Title:
METHOD AND APPARATUS FOR EXTENDING CONTENT ACCESS
Kind Code:
A1


Abstract:
Aspects of the subject disclosure may include, for example, a method including receiving, by a processing system comprising a processor, media content from a media processor device via a first wireless communication network, where the media content can be received at the media processor device from a subscription media source. The method can include storing the media content received from the media processor device, initiating a first connection to an in-vehicle communication system, accessing a second wireless communication network generated by the in-vehicle communication system, initiating a second connection, via the second wireless communication network, to a media device detected on the second wireless communication network, and transmitting a stream of the media content to the media device via the second wireless communication network, wherein the media device reproduces the media content from the stream of the media content. Other embodiments are disclosed.



Inventors:
Rose, Todd (Marietta, GA, US)
Greaves, Brian (Atlanta, GA, US)
Chu, Stephen H. (Tarzana, CA, US)
Application Number:
15/266305
Publication Date:
03/15/2018
Filing Date:
09/15/2016
Assignee:
AT&T MOBILITY II LLC (Atlanta, GA, US)
THE DIRECTV GROUP, INC. (El Segundo, CA, US)
International Classes:
H04L29/06
View Patent Images:
US Patent References:
20170075701N/A2017-03-16
9083581N/A2015-07-14
20140310739N/A2014-10-16
20110313593N/A2011-12-22
20100235891N/A2010-09-16
20090275285N/A2009-11-05



Primary Examiner:
TODD, GREGORY G
Attorney, Agent or Firm:
AT&T Legal Department - G&G (Attention: Patent Docketing Room 2A-212 One AT&T Way Bedminster NJ 07921)
Claims:
What is claimed is:

1. A machine-readable storage medium, comprising executable instructions that, when executed by a processing system including a processor, facilitate performance of operations at a storage device, comprising: detecting a power supply signal; determining whether the power supply signal is a premises power supply signal or a vehicle power supply signal; responsive to determining that the power supply signal is the premises power supply signal: initiating a communication session with a media processor device over a first wireless communication network; receiving media content from the media processor device via the first wireless communication network, wherein the media content is received at the media processor device from a subscription media source; and storing the media content received from the media processor device; and responsive to determining that the power supply signal is the vehicle power supply signal: accessing a second wireless communication network; initiating a first connection, via the second wireless communication network, to a media device detected on the second wireless communication network; and transmitting a stream of the media content to the media device via the second wireless communication network, wherein the media device reproduces the media content from the stream of the media content.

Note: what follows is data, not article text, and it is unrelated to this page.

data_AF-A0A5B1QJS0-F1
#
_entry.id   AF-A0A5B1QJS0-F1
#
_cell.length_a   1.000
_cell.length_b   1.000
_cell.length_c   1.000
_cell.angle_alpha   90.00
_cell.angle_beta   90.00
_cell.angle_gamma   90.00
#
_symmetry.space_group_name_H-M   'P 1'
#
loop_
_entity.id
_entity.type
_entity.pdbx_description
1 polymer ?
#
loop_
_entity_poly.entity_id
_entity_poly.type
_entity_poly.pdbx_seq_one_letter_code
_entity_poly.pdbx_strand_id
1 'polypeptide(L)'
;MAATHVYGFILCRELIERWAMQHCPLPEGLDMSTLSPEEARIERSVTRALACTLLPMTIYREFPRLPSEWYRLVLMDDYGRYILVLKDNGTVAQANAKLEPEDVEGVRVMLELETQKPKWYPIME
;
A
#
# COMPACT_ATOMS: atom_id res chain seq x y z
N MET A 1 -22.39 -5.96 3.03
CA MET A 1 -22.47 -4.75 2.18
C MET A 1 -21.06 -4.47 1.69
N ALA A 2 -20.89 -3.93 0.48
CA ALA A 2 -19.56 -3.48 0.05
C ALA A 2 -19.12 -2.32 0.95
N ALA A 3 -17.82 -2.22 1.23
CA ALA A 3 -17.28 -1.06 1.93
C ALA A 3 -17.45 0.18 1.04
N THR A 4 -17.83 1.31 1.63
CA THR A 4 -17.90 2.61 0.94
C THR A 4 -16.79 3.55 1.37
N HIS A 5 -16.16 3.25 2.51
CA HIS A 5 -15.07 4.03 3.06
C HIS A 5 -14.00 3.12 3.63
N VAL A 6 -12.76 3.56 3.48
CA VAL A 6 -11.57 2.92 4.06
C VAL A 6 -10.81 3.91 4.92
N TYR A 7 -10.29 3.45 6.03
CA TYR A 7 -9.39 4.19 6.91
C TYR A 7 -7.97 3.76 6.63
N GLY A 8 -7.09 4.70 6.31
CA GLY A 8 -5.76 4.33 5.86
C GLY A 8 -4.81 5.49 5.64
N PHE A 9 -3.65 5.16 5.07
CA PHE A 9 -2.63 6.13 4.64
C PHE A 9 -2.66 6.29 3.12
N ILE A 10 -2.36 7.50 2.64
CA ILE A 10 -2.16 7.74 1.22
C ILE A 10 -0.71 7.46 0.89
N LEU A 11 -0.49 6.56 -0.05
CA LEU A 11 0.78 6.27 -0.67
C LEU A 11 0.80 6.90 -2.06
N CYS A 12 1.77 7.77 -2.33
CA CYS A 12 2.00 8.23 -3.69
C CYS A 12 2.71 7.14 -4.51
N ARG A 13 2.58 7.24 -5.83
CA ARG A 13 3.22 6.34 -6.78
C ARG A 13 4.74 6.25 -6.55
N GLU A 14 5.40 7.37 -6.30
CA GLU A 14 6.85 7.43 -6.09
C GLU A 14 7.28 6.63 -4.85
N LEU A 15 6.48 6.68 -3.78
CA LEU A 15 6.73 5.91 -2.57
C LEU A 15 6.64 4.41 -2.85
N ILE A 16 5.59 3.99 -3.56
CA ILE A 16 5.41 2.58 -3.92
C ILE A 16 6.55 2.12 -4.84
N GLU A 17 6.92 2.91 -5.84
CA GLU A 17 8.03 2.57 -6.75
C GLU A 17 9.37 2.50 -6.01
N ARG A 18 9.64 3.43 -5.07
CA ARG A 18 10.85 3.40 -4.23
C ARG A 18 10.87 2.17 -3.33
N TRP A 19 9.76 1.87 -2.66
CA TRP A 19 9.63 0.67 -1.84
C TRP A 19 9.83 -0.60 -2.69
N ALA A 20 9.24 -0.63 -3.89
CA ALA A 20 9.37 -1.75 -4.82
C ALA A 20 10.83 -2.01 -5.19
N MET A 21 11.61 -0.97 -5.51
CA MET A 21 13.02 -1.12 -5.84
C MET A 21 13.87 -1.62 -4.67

2. The machine-readable storage medium of claim 1, wherein, further responsive to determining that the power supply signal is the vehicle power supply signal, the operations further comprise: initiating a second connection to a cellular wireless communication network; receiving second media content from the cellular wireless communication network; and transmitting a second stream of the second media content to the media device via the second wireless communication network.

3. The machine-readable storage medium of claim 2, wherein the connection to the cellular wireless communication network is via a cellular transceiver of the storage device.

4. The machine-readable storage medium of claim 2, wherein the connection to the cellular wireless communication network is via a cellular transceiver of an in-vehicle communication system.

5. The machine-readable storage medium of claim 2, wherein, further responsive to determining that the power supply signal is the vehicle power supply signal, the operations further comprise: identifying a subscriber identity module associated with the cellular wireless communication network; and transmitting authentication information stored at the subscriber identity module to the cellular wireless communication network.

6. The machine-readable storage medium of claim 5, wherein the subscriber identity module is identified at the storage device.

7. The machine-readable storage medium of claim 5, wherein the subscriber identity module is identified at an in-vehicle communication system.

8. The machine-readable storage medium of claim 1, wherein, further responsive to determining that the power supply signal is the vehicle power supply signal, the operations further comprise generating the second wireless communication network.